Monday, November 3, 2008

Cone Snails: Deadly Predators

Oddly enough one of the most deadly animals in the entire ocean is a tiny snail called a cone snail. While it seems comical to even think of a snail as dangerous, let alone lethal, cone snails have some of the most sophisticated and deadly neurotoxins known to man. A cone snail sting can kill a person within minutes of injection.

While most snails simply graze on algae, cone snails are active predators. They are fully capable of catching and eating quick and agile fish. These mollusks move just as slowly as other snails, but they pack a hidden weapon. They have a long tube which conceals a deadly harpoon tipped with their powerful venom. They can fire this harpoon with lightning fast accuracy. Their prey is killed almost before even knowing it has been hit. The snail then reels the dead fish into its vacuum-like mouth and swallows it whole.

People are rarely attacked by cone-snails because they do not actively hunt humans. Only about 15 known cone snail related deaths have been reported to date. Most of these incidents occur because people pick up the beautiful shells they see on the ocean floor. When the snail is agitated, it fires its harpoon, and the person often dies within minutes. If you ever see a cone-shaped shell lying on the sand, it's best to just leave it alone.

11 comments:

Ava said...

Hey Novablogger,

Where do cone snails usually habitate?

I've actually never heard of the cone snail until now so thanks for this.

Ava

NovaBlogger said...

Hi, Ava. Thanks for stopping by. I posted a map of their geographic locations for you on my most recent Cone Snail post. Cone Snails can be found in tropical oceans throughout the equator. The only place in America that I know of where they can be found is Florida.

If you happen to find a cone shaped snail, I don't recommend picking it up, just to be safe.

Dean said...

I have gotten cone shells exactly like the textile cone shell at the top of page in Oahu, Hawaii.

Shawn said...

I found one of the textile cone shells recently (before I knew they were dangerous) on Oahu and stuffed it inside my wet suit next to my skin since I didn't have a bag.... Wholly smokes! Thank God for BIG miracles, I can't believe I didn't get hit! I'll be educating everyone I know about these from now on. Who'd have thunk it????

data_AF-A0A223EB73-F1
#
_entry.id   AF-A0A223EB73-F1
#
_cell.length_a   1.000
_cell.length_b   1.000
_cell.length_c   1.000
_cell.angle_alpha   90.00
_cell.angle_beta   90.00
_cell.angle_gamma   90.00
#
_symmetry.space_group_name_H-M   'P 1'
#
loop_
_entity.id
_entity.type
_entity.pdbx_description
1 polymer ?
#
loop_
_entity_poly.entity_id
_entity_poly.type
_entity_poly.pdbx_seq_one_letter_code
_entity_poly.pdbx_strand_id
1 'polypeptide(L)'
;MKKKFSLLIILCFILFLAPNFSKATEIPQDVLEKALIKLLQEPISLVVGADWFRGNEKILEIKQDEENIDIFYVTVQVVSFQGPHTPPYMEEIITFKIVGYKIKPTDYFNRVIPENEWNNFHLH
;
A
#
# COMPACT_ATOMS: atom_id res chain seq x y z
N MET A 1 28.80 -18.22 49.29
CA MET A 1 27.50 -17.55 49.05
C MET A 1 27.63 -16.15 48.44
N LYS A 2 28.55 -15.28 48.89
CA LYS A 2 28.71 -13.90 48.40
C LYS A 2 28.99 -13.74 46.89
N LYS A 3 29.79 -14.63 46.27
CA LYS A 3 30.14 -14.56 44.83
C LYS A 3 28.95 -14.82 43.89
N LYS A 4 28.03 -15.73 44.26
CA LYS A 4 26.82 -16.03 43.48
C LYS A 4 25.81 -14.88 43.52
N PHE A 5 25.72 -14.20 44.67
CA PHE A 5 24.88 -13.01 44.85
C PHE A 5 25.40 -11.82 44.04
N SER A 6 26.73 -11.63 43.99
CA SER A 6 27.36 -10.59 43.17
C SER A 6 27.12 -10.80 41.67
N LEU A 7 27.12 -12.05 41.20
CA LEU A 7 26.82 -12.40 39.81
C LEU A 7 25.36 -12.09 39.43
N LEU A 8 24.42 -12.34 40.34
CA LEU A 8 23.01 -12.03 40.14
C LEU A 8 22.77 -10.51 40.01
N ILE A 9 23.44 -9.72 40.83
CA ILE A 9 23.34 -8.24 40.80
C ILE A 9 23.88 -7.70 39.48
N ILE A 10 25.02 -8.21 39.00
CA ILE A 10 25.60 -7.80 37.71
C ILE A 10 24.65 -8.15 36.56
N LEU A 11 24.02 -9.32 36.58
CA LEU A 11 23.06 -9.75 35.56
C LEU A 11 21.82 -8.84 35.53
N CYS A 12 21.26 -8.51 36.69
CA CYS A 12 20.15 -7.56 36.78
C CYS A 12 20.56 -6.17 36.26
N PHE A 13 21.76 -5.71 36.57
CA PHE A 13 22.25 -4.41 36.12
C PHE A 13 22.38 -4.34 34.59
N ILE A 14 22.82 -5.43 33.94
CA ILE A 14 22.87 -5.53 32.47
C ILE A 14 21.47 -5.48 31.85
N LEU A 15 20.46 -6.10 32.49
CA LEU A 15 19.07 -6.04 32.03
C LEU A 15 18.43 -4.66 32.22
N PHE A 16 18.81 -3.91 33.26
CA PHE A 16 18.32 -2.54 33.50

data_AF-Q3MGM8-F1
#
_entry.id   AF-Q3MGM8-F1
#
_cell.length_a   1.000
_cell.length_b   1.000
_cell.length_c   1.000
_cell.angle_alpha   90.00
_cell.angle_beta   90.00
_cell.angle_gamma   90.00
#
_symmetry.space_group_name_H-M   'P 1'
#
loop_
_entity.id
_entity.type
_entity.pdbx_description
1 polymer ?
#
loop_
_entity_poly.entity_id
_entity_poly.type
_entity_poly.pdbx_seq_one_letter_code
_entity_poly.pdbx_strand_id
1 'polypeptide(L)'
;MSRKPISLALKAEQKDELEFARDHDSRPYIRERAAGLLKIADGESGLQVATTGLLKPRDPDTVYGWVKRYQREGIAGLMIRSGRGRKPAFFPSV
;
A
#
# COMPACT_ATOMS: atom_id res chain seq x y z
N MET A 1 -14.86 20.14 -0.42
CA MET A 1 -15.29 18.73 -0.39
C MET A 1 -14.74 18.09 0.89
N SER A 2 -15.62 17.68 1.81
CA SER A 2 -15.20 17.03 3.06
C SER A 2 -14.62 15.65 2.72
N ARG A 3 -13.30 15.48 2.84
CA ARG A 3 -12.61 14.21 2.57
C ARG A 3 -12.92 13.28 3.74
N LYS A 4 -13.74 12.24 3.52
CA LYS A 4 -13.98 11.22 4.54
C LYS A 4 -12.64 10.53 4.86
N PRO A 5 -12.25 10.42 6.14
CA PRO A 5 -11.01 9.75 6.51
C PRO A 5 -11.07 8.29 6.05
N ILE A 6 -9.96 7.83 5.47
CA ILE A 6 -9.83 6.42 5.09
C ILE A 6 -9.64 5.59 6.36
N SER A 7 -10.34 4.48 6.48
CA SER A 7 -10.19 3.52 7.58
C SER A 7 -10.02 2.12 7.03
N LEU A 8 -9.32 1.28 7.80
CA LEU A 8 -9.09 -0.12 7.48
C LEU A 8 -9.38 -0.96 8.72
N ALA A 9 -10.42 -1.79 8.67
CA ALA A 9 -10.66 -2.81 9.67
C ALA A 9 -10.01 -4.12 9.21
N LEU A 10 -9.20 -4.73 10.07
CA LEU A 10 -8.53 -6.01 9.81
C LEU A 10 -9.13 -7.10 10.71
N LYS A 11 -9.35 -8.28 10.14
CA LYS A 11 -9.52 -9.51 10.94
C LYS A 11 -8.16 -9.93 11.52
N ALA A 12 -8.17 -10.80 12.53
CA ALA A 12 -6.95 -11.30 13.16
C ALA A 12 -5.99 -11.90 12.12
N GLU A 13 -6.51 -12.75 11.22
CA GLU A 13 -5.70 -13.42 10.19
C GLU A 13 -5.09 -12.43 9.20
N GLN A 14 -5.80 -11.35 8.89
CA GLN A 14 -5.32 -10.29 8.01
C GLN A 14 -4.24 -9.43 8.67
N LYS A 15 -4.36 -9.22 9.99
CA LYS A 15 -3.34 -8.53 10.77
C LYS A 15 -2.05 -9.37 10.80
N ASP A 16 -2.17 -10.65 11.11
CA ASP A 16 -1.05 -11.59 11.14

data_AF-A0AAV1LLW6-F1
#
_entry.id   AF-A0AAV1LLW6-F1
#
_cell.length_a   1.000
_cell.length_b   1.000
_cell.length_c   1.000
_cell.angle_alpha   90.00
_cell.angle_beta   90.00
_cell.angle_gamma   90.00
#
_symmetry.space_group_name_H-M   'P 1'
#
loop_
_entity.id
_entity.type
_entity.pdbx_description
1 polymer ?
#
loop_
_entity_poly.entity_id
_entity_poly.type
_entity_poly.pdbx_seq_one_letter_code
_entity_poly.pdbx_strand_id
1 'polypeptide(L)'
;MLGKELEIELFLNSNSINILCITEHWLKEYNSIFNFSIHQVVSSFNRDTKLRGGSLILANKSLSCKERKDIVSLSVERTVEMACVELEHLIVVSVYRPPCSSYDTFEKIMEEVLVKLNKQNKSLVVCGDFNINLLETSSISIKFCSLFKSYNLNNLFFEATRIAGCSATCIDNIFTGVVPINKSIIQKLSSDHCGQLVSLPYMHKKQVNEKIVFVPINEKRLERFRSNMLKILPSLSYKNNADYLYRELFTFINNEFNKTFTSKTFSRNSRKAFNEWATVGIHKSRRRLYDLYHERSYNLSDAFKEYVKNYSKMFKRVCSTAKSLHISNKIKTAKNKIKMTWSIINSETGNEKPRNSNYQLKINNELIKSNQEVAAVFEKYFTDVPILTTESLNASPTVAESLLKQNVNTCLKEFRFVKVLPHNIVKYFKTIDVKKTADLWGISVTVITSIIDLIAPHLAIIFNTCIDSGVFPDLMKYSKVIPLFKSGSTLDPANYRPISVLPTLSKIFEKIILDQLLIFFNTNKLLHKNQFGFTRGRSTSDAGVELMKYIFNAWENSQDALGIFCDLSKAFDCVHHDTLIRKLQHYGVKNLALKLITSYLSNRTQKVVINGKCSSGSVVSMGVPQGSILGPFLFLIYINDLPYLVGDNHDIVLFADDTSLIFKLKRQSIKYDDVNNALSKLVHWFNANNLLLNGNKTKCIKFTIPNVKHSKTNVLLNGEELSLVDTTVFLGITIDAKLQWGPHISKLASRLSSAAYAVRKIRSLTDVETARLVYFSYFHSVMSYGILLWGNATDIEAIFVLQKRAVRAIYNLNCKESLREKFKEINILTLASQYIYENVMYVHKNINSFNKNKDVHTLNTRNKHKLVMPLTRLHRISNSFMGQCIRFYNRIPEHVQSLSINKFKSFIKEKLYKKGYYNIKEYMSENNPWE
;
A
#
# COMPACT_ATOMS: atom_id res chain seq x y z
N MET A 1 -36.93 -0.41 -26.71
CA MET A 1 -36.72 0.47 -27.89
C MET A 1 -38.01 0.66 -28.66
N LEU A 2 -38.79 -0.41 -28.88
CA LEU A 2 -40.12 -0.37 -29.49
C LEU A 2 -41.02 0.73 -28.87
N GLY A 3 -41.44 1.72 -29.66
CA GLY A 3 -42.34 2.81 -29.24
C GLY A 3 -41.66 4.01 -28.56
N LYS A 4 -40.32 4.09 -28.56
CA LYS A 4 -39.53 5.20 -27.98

NovaBlogger said...

Whoa, that's pretty scary! Thank God you're ok! It definitely looks like someone was looking out for you. Unfortunately that is exactly how most divers are hurt or killed by these snails. You have to be pretty close to them to get harpooned, but they don't always take kindly to being picked up.

I'm really glad the one you ran into was in a good mood. The whole "look, but don't touch" rule is always good to follow when in the ocean. You would be amazed how many creatures can really hurt you if you tick them off.

Anonymous said...

Hi Novablogger,

I am doing a report and would like to know if you are able to answer my question. Do Cone Snails eat Mandarin Goby Fish? I could really use the help!

Thanks! :)

NovaBlogger said...

While I'm not sure specifically if they eat Mandarin Gobies, I'm sure they would be on the menu. They prefer to eat small fish that live near the bottom, and mandarin gobies spend almost all their time within harpoon range. Even with all that beautiful coloring, I'm sure mandarin gobies taste about the same as all their other favorite foods.

Anonymous said...

Hi, i was wondering if anything eats cone snail?? thanks

Anonymous said...

hi, i was wondering, does anything eat cone snails?

Bernie said...

bjsurfboy
I was snorkeling off the Gulf Coast of Florida summer of 2008.I was stung by a cone shell and ended up in intensive care,unable to walk,and had a hard time breathing.I was unable to walk or even move my legs for two weeks.The doctor that treated me new about these shells and said I was lucky to servive.

NWCataclysm said...

Several years ago while snorkeling off Napili Beach on Maui I collected a Textile Cone snail. I had no idea what I had found, and snorkeled for 30 minutes with the cone snail in the pocket of my bathing suit. I didn't realize the shell was inhabited until I returned to our condo. I boiled the shell and removed the snail, and only after returning to Washington State did I discover how close of a close call I'd had. I also kicked a live alligator once in Florida believing it to be dead, so perhaps I have some kind of death wish. Never the less, I'll never again thoughtlessly handle a seemingly harmless sea shell. I am surprised that there were not better posted warnings about cone snails in Hawaii.